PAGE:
Secondly, “We have also a more sure word of prophecy; whereunto ye do well that ye take heed, as unto a light that shineth in a dark place, until the day dawn, and the day star arise in your hearts.” 2 Peter 1:19. Let us encourage the investigation of the prophetic scriptures by everyone in the light of past and current events, particularly those in Daniel and the Revelation which have received little attention. We have a responsibility to teach the solid hermeneutic principles that give every searching soul the tools needed to put together the pieces of prophecy and to grasp its spiritual significance in the plan of divine providence. To leave out either of these is to mishandle the sacred word. May these Readings for the Week of Prayer serve to clarify our focus on where we have come from and where we are going. More than ever, we need to take extra special care of what we are supposed to do–whether it is considered small or large–and take our hands off of those things that are God’s responsibil- ity, cherishing the experiences He has given us and encouraging everyone in our circle of influence to make his or her own personal experiences with Him. We urge the leaders and members to be in attendance at your meeting placefor every Reading this week, except asyou have the opportunity to go and share the messages and pray with those who would otherwise be alone because of sickness or incapacity. The last day of the Week of Prayer, Sabbath, December 13, will be a day of fasting and prayer all around the world. Also, the annual Week of Prayer offerings, which are so critically important in supporting the General Conference’s operations in new fields and dependent countries, will be gathered at the end of the last reading. The needs are particularly urgent, and the means God has given are not only limited, but also threatened.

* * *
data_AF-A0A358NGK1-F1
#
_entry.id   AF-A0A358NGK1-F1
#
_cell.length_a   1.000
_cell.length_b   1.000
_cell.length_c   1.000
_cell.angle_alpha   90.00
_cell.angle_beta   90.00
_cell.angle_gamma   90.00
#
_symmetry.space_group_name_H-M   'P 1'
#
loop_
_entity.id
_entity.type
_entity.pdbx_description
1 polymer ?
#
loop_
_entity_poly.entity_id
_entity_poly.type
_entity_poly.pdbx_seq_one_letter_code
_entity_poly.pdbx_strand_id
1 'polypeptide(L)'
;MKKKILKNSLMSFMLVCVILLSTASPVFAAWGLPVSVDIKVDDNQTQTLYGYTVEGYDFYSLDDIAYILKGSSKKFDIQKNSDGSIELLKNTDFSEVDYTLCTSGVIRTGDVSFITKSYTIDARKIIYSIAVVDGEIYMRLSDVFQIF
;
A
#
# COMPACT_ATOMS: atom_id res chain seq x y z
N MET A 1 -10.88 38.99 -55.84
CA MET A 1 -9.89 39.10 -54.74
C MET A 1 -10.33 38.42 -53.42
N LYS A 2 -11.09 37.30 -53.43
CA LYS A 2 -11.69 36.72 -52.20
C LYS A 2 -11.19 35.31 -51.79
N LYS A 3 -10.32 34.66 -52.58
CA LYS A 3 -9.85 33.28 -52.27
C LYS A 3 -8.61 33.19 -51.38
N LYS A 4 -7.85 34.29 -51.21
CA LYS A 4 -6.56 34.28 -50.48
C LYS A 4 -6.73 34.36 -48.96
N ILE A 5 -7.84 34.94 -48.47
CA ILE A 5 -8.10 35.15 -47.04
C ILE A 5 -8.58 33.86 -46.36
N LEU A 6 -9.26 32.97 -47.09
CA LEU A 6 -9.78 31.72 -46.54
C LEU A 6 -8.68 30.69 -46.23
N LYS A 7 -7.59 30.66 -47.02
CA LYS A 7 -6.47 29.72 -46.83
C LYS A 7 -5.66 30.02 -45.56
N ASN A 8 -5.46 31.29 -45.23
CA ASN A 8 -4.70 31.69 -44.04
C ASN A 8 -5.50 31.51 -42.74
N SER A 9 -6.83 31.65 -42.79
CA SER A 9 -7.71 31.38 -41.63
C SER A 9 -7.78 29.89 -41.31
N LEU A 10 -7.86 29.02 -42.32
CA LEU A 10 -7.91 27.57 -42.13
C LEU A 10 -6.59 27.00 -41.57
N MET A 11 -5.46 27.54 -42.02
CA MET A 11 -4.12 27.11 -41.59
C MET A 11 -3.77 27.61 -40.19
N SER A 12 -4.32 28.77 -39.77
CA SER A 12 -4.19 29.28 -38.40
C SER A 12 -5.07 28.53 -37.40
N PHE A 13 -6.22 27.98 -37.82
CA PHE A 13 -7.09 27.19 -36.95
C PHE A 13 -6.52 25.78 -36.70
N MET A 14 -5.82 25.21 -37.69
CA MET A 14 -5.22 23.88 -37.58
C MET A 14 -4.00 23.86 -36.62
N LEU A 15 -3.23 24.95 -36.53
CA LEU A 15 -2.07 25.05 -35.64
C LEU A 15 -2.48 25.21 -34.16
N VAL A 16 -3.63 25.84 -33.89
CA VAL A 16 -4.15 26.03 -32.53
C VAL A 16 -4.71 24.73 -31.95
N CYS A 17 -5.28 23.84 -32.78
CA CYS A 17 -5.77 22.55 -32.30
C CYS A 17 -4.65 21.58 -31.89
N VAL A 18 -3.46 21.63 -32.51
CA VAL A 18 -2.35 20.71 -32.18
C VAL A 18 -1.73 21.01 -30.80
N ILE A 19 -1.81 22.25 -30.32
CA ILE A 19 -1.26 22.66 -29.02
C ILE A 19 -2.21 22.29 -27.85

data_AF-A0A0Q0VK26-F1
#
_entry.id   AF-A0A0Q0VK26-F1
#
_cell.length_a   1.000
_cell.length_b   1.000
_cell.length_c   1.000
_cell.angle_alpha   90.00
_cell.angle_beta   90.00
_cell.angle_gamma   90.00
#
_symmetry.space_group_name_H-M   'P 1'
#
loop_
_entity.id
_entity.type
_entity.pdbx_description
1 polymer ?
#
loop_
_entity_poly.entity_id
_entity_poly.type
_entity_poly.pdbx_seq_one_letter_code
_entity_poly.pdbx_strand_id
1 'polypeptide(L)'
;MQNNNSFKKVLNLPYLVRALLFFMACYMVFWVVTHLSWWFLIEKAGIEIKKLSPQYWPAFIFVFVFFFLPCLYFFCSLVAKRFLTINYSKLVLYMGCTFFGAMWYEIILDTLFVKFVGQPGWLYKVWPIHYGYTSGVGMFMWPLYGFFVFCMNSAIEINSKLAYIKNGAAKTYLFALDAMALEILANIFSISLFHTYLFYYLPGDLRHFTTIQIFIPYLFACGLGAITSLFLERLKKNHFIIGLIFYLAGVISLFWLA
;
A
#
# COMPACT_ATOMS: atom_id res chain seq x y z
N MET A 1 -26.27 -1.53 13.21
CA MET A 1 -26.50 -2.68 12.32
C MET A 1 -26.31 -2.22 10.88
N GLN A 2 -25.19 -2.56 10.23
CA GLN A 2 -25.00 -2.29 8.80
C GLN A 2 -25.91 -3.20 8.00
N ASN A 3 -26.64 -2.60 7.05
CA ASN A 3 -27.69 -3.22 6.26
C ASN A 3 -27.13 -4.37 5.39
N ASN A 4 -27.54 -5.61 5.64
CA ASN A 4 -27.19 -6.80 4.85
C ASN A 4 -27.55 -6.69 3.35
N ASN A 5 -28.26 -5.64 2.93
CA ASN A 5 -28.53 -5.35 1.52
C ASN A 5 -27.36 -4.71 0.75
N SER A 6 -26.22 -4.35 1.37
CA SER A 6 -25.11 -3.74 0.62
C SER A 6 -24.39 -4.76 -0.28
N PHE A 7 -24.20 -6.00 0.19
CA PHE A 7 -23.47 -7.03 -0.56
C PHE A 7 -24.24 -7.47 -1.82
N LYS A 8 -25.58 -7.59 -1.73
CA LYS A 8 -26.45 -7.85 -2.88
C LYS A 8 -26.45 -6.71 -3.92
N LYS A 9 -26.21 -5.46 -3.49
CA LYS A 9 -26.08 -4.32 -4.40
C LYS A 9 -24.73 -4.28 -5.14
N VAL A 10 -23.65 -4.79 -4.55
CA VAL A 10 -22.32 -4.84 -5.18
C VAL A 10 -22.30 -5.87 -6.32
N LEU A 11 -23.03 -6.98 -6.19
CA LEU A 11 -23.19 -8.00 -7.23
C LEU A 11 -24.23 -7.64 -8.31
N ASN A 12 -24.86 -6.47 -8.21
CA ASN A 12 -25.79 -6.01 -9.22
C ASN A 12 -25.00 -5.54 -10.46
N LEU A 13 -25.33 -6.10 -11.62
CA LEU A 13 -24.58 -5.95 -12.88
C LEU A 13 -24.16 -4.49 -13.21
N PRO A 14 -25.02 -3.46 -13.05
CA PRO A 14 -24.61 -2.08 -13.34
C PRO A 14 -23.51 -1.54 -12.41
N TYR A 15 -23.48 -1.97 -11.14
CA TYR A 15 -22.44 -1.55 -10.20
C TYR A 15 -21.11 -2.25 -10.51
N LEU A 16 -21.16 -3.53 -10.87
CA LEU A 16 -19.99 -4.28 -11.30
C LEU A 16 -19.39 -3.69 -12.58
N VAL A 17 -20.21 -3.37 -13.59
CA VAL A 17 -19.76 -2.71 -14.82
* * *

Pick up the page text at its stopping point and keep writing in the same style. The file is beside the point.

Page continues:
–The brothers and sisters of the General Conference

“Let none entertain the thought, however, that we can dispense with organization. It has cost us much study, and many prayers for wisdom that we know God has answered, to erect this structure. It has been built up by His direction, through much sacrifice and conflict. Let none of our brethren be so deceived as to attempt to tear it down, for you will thus bring in a condition of things that you do not dream of.

“In the name of the Lord, I declare to you that it is to stand, strengthened, established, and settled. At God’s command, ‘Go forward,’ we advanced when the difficulties to be surmounted made the advance seem impossible. We know how much it has cost to work out God’s plans in the past, which has made us as a people what we are. Then let every one be exceedingly careful not to unsettle minds in regard to those things that God has ordained for our prosperity and success.

“You must never, never seek to lift one pin, remove one landmark, that the Lord has given to His people as truth.

“There is to be no change in the features of our work. It is to stand as clear and distinct as prophecy has made it. We are to enter into no confederacy with the world, supposing that by so doing we could do more work. “We have nothing to fear for the future, except as we shall forget the way the Lord has led us, and His teaching in our past history. We are now a strong people, if we will put our trust in the Lord; for we are handling the mighty truths of the word of God. We have everything to be thankful for. If we walk in the light as it shines upon us from the living oracles of God, we shall have large responsibilities, corresponding to the great light given us of God. We have many duties to perform, because we have been made the depositaries of sacred truth to be given to the world in all its beauty and glory. We are debtors to God to use every advantage he has entrusted to us to beautify the truth of holiness of character, and to send the message of warning and of comfort, of hope and of love, to those who are in the darkness of error and sin.” –General Conference Daily Bulletin, February 20, 1899.